How do we engage with a work of art that is deliberately remote, silent and withholds information?
In a talk arranged by Engaging with the Humanities at Oxford Saïd and the Oxford Character Project, Ian Kiaer, Associate Professor of Fine Art and Director of Undergraduate Studies at the Ruskin School of Art, explored how we might ‘read’ a monochrome.
A ‘monochrome’ of course means just one colour or a limited tonal range of colour. Kiaer introduced the idea with a picture of Gary Hume’s Incubus.
This is a large work on panels cut to the exact size of hospital doors that the artist measured in a London hospital and painted in institutional magnolia. ‘In one sense it is just a painted surface,’ said Kiaer, ‘but there is also a sense of its being distant or remote to the viewer. It’s not giving much, it’s not generous. As a surface it remains silent, as if you have to bring your thoughts or yourselves to this object. It demands that you do a lot of the work.’
But, faced with such a ‘deadpan’ work, with a surface that is not ‘speaking’, what is the viewer to do to engage with it? ‘What is going on if you have to bring everything to it?’
Kiaer read from The White Book by Korean writer Han Kang. The book is itself a meditation on the colour white, and the passage he read contained a microscopic description of how the author painted a rented room and its door white to cover stains. The description of this act of painting, of covering up, in fact opens up a world in relation to the stains, the scratches, and the marks on the door.
Han Kang’s text gives us an idea of what we might be looking for or feeling when we look at a monochrome – or, as the title of the talk suggests, ‘read’ it. But text is a much more accessible surface than Gary Hume’s silent work.
And there is perhaps a suggestion that the silence of the monochrome contains more than words can express. The art historian/philosopher Georges Didi-Huberman explained how he experienced the Fra Angelico fresco of the Annunciation as a monochrome, and how his language began to break down as he tried to describe what he was looking at. As Kiaer said, it was ‘ultimately about the expanse between the two figures – really just white paint on a white wall. He tried to make grunts, a “whack of white” – trying to express the physicality of the experience of the work that text fails to touch.’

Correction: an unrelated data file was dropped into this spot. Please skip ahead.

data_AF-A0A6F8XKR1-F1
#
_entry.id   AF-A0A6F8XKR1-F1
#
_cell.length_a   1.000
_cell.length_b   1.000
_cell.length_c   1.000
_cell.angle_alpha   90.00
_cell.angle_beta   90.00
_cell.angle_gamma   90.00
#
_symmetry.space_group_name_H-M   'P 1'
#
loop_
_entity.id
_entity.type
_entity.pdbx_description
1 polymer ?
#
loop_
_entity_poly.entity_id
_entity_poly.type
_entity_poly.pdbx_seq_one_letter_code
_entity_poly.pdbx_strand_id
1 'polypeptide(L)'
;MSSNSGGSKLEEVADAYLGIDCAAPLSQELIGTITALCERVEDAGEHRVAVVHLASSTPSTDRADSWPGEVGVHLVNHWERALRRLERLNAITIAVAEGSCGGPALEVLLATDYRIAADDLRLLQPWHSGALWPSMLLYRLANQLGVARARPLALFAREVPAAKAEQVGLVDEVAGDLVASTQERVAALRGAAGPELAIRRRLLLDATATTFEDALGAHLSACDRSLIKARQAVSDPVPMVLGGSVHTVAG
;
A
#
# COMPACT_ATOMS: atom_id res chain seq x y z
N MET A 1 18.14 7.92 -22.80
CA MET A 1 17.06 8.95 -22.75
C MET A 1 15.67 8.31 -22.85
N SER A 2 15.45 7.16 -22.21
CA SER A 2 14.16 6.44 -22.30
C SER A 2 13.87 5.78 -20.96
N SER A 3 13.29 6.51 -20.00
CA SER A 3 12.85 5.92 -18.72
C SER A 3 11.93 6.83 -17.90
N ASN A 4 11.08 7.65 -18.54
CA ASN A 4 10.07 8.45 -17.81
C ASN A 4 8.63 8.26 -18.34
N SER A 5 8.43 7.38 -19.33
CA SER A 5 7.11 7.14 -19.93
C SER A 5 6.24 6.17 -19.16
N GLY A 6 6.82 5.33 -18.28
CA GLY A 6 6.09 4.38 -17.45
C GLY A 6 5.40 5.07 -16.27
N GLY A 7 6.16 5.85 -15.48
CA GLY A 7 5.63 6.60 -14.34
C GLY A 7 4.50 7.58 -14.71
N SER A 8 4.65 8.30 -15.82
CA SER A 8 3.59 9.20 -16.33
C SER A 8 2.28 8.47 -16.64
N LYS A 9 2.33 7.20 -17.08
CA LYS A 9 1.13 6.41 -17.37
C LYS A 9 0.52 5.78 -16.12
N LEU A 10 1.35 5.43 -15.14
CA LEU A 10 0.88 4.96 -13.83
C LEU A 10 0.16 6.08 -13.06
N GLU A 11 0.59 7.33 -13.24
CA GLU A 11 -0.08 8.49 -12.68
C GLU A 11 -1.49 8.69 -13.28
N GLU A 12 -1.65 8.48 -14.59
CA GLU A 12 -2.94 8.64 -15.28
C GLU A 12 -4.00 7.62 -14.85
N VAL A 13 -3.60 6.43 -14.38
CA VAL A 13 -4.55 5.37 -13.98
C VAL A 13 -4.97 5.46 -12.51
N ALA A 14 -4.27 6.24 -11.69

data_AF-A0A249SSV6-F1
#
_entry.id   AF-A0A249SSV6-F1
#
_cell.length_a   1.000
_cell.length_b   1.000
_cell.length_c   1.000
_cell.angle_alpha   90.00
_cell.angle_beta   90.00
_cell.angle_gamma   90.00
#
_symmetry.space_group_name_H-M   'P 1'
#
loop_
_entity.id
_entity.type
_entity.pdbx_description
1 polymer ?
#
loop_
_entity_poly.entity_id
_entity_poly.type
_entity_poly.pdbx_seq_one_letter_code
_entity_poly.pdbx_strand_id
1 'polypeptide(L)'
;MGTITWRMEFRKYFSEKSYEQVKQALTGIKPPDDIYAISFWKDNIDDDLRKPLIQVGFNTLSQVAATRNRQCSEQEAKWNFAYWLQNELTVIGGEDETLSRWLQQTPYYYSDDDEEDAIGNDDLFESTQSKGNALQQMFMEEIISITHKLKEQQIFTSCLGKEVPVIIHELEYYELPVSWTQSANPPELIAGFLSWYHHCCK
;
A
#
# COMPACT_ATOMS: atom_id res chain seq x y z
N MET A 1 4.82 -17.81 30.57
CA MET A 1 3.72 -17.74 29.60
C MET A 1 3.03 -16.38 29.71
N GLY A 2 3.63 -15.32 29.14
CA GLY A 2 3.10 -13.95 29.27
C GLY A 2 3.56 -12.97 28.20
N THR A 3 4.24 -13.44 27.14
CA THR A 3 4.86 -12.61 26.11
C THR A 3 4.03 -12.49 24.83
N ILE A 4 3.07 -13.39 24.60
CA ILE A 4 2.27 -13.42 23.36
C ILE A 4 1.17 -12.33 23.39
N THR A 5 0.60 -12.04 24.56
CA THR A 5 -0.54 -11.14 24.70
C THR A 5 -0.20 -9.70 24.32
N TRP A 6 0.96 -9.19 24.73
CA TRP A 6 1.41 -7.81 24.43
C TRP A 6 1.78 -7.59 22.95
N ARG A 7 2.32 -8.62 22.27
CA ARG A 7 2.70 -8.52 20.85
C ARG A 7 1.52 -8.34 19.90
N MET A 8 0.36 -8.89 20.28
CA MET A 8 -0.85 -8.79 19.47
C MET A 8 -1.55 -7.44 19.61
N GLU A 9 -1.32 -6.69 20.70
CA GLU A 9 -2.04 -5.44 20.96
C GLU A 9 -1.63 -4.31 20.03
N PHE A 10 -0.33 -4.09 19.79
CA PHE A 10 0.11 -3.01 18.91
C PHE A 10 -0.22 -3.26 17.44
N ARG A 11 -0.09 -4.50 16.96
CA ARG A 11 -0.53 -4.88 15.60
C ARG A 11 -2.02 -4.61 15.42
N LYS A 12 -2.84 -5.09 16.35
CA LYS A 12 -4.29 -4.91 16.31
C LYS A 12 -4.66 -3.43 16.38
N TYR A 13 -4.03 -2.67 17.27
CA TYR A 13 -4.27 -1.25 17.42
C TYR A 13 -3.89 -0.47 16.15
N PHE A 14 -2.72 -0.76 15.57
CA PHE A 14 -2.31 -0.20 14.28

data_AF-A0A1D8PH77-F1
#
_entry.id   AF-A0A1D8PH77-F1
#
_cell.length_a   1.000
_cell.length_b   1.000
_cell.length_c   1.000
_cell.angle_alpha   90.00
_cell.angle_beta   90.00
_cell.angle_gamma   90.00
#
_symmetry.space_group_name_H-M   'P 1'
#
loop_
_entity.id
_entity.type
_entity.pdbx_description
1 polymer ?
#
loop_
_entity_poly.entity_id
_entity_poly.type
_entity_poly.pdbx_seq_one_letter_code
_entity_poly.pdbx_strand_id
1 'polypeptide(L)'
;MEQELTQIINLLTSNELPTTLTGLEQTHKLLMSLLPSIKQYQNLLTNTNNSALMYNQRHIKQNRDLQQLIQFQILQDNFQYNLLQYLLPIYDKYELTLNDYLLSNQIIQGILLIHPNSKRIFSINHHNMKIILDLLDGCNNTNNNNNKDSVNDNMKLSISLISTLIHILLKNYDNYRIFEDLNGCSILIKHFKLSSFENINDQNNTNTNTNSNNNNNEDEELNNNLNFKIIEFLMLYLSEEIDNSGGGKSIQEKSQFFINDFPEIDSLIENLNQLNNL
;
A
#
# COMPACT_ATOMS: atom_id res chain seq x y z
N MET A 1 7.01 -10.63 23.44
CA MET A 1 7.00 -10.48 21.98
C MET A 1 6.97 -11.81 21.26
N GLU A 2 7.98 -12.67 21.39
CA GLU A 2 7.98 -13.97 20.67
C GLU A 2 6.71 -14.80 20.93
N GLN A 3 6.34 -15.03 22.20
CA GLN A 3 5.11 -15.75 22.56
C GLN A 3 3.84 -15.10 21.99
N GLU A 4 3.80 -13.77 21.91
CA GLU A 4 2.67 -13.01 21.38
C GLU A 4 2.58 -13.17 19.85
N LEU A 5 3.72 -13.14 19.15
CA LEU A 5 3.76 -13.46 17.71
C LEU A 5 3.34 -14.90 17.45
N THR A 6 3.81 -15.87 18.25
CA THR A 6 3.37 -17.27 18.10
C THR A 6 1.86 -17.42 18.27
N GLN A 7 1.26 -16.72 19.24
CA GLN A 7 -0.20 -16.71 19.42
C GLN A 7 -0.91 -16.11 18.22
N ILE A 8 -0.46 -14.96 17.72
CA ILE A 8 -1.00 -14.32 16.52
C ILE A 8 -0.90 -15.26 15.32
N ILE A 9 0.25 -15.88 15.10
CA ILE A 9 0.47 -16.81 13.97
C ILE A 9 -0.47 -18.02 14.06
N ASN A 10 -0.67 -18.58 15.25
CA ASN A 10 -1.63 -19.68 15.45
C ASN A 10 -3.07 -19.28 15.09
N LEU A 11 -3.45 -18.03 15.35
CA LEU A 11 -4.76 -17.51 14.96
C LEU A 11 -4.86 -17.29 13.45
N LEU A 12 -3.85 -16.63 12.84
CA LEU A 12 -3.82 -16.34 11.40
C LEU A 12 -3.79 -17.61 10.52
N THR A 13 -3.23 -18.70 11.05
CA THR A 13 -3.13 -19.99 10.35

This inadequacy of text is brought out more explicitly in Cy Twombly’s blackboard paintings, which take place in ‘the moment between writing and drawing – mark-making in the in-between space that he is creating’. As Kiaer pointed out, the blackboard supposed to be a carrier of information, but in the blackboard paintings it resists that. ‘It pulls you in to an idea of writing that is bodily and different to writing is we know it.’
Perhaps the ultimate monochrome is Kasimir Malevich’s black square. Often seen as ‘one of the first deaths of representation’, this black square paints out anything that could be a figure. ‘It becomes an object for the first time… It is matter of fact, a surface that you can paint like a table…Both dumb and stupid and just a painted door, and at the same time hugely meaningful.’
It was of course ironic that Kiaer should be talking about works of art that are about communicating through silence, and about not giving out information, in a lecture theatre. The screens on which his slides were projected are used on every other occasion for text, and for broadcasting information. In fact, the unsuitability of the lighting for projecting pictures of white monochromes exaggerated the ‘work’ required from the audience, making us rethink how we normally engage with information and how we could approach reading more actively.